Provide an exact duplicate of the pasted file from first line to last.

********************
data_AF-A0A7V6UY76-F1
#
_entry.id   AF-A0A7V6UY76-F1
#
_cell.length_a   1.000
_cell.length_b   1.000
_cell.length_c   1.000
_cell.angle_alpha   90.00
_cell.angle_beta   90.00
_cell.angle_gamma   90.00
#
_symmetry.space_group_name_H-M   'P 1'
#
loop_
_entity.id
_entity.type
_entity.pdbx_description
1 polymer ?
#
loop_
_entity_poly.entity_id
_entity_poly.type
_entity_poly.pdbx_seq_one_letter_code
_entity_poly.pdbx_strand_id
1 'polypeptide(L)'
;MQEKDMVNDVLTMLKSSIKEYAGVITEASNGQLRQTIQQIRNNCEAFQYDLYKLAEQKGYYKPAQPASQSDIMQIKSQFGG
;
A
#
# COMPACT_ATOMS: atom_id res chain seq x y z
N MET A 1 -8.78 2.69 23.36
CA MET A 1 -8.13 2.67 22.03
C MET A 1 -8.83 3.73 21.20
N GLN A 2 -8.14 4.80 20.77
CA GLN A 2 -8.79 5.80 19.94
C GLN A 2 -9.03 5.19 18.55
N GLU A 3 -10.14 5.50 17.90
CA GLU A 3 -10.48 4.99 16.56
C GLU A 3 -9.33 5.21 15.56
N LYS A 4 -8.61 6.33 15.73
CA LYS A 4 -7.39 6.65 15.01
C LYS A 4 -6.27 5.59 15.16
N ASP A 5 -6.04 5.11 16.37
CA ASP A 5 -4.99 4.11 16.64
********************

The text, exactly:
data_AF-A0A7V6UY76-F1
#
_entry.id   AF-A0A7V6UY76-F1
#
_cell.length_a   1.000
_cell.length_b   1.000
_cell.length_c   1.000
_cell.angle_alpha   90.00
_cell.angle_beta   90.00
_cell.angle_gamma   90.00
#
_symmetry.space_group_name_H-M   'P 1'
#
loop_
_entity.id
_entity.type
_entity.pdbx_description
1 polymer ?
#
loop_
_entity_poly.entity_id
_entity_poly.type
_entity_poly.pdbx_seq_one_letter_code
_entity_poly.pdbx_strand_id
1 'polypeptide(L)'
;MQEKDMVNDVLTMLKSSIKEYAGVITEASNGQLRQTIQQIRNNCEAFQYDLYKLAEQKGYYKPAQPASQSDIMQIKSQFGG
;
A
#
# COMPACT_ATOMS: atom_id res chain seq x y z
N MET A 1 -8.78 2.69 23.36
CA MET A 1 -8.13 2.67 22.03
C MET A 1 -8.83 3.73 21.20
N GLN A 2 -8.14 4.80 20.77
CA GLN A 2 -8.79 5.80 19.94
C GLN A 2 -9.03 5.19 18.55
N GLU A 3 -10.14 5.50 17.90
CA GLU A 3 -10.48 4.99 16.56
C GLU A 3 -9.33 5.21 15.56
N LYS A 4 -8.61 6.33 15.73
CA LYS A 4 -7.39 6.65 15.01
C LYS A 4 -6.27 5.59 15.16
N ASP A 5 -6.04 5.11 16.37
CA ASP A 5 -4.99 4.11 16.64